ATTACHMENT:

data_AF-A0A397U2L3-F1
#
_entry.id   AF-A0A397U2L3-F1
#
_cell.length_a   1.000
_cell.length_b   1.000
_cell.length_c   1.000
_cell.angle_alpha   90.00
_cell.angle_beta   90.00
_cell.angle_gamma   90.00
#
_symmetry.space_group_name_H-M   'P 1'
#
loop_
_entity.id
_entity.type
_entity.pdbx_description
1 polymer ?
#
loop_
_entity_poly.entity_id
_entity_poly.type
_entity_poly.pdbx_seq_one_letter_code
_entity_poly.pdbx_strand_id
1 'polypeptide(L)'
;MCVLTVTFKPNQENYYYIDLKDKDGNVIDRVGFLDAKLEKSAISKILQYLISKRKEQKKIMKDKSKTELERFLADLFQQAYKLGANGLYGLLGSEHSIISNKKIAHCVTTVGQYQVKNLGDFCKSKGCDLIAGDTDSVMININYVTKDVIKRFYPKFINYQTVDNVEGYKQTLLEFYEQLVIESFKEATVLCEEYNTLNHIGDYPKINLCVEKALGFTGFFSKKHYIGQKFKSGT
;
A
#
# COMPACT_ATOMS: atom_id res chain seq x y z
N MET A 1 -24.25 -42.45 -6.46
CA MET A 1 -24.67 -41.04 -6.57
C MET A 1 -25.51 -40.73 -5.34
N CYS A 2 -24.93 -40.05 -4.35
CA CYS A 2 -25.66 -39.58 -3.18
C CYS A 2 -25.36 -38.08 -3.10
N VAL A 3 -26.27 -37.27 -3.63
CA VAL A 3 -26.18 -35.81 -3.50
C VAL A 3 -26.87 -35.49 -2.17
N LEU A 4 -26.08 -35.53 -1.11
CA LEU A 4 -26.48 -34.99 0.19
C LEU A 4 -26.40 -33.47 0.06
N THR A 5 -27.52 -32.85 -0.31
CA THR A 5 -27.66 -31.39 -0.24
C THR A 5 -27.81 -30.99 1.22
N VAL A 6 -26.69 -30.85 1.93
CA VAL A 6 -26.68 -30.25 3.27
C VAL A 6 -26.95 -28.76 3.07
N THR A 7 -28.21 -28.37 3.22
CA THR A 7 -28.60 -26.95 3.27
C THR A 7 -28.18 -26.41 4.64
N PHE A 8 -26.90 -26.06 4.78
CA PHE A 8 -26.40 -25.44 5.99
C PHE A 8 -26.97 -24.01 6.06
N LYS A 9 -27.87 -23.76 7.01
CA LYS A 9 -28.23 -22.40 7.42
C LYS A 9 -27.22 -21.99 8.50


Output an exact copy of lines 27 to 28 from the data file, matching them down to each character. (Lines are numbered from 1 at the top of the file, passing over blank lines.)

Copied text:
;
A